Faculty Advisor or Committee Member

Guillermo F. Salazar, Advisor

Faculty Advisor or Committee Member

Christopher A. Brown, Committee Member

Faculty Advisor or Committee Member

Tahar El-Korchi, Department Head

Faculty Advisor or Committee Member

Leonard D. Albano, Committee Member




Traditionally in the Architectural / Engineering / Construction industry, the design and construction phases are conducted by multiple professional and trade disciplines having minimum interaction among them along a rather sequential process. These parties bring their different objectives to the project that are not necessarily aligned with the overall project objectives. Design professionals do not necessarily work together giving little or no consideration for the requirements or constraints of subsequent functions such as construction and operation and maintenance of the facility. Design documentation that communicates the design intent to the builder, contains errors and inconsistencies, are incomplete or are simply difficult to read. This results in poor designs that have to be changed or modified during the construction phase and even during the long-term facility operation, thus increasing total cost and time of execution. It has been established that the decisions made at early stages of the design process have the highest impact on the project lifecycle cost and facility performance. For that reason, new project delivery systems, software tools and lean principles have emerged in the industry enhancing collaboration among project participants and reducing the existing gap between the design and construction phases. The increased use of Building Information Modeling (BIM) allows project participants to generate, manage and share information through a 3D digital model to better collaborate, communicate and understand the design intent. Still, design and construction professionals do not necessarily share their models and collaborate in an integrated fashion to accrue the benefits of an early involvement during design. This research uses the Axiomatic Design (AD) methodology to analyze some essential aspects of the design process to propose an improved process that seeks to produce better designs by adding value and reducing waste. Axiomatic Design is a systems design methodology using matrix methods to systematically analyze the transformation of customer needs into functional requirements, design parameters, and process variables. In AD, design principles or design Axioms govern the analysis and decision making process to develop high quality product or system designs. This research proposes an integrated, BIM-based design approach embracing compliance with the two AD axioms. Axiom one, the Independence axiom, seeks to maintain the design adjustable and controllable, and implements lean principles, BIM processes and tools following the concepts established by a BIM Project Execution Plan. Computer simulation techniques, the development of metrics and the calculation of Axiom two, the Information Axiom, are used to assess the benefits of an improved process.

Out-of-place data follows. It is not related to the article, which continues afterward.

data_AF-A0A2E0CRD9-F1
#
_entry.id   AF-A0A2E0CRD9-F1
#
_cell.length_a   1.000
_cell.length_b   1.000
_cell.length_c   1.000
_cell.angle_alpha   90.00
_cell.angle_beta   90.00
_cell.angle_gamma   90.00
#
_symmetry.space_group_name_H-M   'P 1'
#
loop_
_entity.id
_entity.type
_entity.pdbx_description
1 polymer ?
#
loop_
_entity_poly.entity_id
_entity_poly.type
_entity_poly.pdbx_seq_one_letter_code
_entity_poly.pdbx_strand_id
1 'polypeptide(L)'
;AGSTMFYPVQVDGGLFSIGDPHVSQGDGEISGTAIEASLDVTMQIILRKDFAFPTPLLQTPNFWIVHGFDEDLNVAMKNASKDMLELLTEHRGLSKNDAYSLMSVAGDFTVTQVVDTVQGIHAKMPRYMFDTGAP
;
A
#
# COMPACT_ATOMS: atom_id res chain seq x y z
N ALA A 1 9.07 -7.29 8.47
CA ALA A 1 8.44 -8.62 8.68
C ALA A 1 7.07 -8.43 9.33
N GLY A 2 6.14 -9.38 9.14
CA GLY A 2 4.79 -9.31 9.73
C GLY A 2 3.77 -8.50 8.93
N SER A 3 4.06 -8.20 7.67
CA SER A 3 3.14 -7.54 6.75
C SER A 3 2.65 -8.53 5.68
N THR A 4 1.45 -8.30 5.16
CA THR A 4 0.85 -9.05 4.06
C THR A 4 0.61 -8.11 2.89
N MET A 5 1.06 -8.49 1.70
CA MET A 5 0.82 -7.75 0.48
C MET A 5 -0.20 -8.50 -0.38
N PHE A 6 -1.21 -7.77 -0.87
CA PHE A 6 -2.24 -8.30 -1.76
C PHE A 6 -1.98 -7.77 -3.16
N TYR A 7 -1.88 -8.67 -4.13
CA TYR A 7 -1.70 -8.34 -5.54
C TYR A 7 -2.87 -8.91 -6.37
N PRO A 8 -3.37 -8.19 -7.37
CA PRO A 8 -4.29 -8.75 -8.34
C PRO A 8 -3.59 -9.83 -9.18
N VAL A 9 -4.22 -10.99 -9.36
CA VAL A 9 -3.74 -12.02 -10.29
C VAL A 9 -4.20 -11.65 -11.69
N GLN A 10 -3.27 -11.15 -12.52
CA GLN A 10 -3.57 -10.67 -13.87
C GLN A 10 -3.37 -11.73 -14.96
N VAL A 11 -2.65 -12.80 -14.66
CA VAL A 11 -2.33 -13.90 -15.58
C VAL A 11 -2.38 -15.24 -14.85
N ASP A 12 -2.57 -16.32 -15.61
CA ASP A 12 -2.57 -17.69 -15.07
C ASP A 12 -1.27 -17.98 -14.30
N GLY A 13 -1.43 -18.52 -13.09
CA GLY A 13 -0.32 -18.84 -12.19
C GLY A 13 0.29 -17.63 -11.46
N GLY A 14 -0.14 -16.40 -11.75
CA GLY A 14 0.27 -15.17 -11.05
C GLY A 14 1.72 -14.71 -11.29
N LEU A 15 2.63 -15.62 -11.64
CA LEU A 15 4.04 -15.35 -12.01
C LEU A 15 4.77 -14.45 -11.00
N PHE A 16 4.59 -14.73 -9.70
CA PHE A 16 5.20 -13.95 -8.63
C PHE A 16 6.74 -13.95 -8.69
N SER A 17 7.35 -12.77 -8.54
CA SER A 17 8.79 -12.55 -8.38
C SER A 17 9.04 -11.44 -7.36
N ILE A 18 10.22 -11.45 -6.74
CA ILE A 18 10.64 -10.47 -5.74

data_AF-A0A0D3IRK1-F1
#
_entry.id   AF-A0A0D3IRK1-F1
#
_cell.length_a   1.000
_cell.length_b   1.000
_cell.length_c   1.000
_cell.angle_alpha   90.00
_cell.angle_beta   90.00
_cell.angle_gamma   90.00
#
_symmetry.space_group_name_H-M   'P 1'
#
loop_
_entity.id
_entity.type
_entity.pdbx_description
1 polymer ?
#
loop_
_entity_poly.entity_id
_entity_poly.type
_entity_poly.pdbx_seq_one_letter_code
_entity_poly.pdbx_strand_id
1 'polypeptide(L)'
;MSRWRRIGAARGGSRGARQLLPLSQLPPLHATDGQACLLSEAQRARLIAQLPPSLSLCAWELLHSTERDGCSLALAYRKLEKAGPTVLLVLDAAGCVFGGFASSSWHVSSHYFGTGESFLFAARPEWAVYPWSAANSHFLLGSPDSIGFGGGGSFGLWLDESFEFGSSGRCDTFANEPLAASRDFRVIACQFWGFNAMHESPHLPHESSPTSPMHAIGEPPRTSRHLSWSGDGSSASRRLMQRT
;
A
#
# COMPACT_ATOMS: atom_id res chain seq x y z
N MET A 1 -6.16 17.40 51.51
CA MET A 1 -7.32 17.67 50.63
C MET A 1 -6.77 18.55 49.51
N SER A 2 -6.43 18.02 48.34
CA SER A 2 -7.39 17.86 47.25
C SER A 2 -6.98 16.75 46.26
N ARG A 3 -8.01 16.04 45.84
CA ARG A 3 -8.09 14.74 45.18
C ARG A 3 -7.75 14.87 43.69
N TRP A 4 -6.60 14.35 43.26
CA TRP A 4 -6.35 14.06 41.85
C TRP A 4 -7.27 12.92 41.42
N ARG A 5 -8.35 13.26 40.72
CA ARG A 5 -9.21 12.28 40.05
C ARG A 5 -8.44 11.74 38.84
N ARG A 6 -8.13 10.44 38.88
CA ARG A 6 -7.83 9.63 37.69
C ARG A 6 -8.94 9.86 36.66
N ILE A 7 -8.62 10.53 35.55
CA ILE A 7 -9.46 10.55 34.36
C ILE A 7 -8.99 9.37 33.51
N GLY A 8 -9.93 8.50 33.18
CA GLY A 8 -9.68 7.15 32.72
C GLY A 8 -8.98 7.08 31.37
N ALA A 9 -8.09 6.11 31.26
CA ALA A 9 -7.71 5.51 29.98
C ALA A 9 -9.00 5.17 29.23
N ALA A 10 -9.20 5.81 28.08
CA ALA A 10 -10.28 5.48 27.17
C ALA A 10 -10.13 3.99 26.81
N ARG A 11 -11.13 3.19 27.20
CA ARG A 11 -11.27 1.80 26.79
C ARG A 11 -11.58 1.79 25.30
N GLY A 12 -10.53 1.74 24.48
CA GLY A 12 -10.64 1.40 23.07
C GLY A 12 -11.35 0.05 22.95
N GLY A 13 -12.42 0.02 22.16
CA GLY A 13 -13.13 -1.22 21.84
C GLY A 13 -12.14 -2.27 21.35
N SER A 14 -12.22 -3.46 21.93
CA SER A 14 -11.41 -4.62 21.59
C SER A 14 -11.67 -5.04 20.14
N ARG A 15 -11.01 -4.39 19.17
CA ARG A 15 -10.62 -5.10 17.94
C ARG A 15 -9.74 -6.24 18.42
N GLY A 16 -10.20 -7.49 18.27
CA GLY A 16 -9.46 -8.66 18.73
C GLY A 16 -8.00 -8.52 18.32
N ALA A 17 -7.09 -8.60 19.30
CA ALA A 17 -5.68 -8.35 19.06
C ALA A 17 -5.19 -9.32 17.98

Worcester Polytechnic Institute

Degree Name



Civil & Environmental Engineering

Project Type


Date Accepted





Design process, Axiomatic Design, Building Information Modeling